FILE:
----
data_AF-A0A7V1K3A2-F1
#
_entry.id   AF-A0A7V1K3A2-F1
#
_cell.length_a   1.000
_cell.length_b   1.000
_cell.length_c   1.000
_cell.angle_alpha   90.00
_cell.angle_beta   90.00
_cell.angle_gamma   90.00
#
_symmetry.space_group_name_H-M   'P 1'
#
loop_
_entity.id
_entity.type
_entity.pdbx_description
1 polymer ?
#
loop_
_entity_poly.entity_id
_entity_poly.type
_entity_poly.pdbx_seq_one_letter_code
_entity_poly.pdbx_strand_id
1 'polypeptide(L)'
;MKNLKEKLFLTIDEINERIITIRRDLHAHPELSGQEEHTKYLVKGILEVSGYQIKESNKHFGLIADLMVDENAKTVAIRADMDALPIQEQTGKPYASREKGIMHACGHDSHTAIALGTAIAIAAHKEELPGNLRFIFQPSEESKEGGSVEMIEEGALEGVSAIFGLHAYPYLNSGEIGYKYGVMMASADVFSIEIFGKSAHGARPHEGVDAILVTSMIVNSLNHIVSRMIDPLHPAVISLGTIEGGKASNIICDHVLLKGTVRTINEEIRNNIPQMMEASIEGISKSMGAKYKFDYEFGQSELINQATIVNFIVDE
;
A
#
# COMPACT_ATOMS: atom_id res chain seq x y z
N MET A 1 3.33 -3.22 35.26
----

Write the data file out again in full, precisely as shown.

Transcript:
data_AF-A0A7V1K3A2-F1
#
_entry.id   AF-A0A7V1K3A2-F1
#
_cell.length_a   1.000
_cell.length_b   1.000
_cell.length_c   1.000
_cell.angle_alpha   90.00
_cell.angle_beta   90.00
_cell.angle_gamma   90.00
#
_symmetry.space_group_name_H-M   'P 1'
#
loop_
_entity.id
_entity.type
_entity.pdbx_description
1 polymer ?
#
loop_
_entity_poly.entity_id
_entity_poly.type
_entity_poly.pdbx_seq_one_letter_code
_entity_poly.pdbx_strand_id
1 'polypeptide(L)'
;MKNLKEKLFLTIDEINERIITIRRDLHAHPELSGQEEHTKYLVKGILEVSGYQIKESNKHFGLIADLMVDENAKTVAIRADMDALPIQEQTGKPYASREKGIMHACGHDSHTAIALGTAIAIAAHKEELPGNLRFIFQPSEESKEGGSVEMIEEGALEGVSAIFGLHAYPYLNSGEIGYKYGVMMASADVFSIEIFGKSAHGARPHEGVDAILVTSMIVNSLNHIVSRMIDPLHPAVISLGTIEGGKASNIICDHVLLKGTVRTINEEIRNNIPQMMEASIEGISKSMGAKYKFDYEFGQSELINQATIVNFIVDE
;
A
#
# COMPACT_ATOMS: atom_id res chain seq x y z
N MET A 1 3.33 -3.22 35.26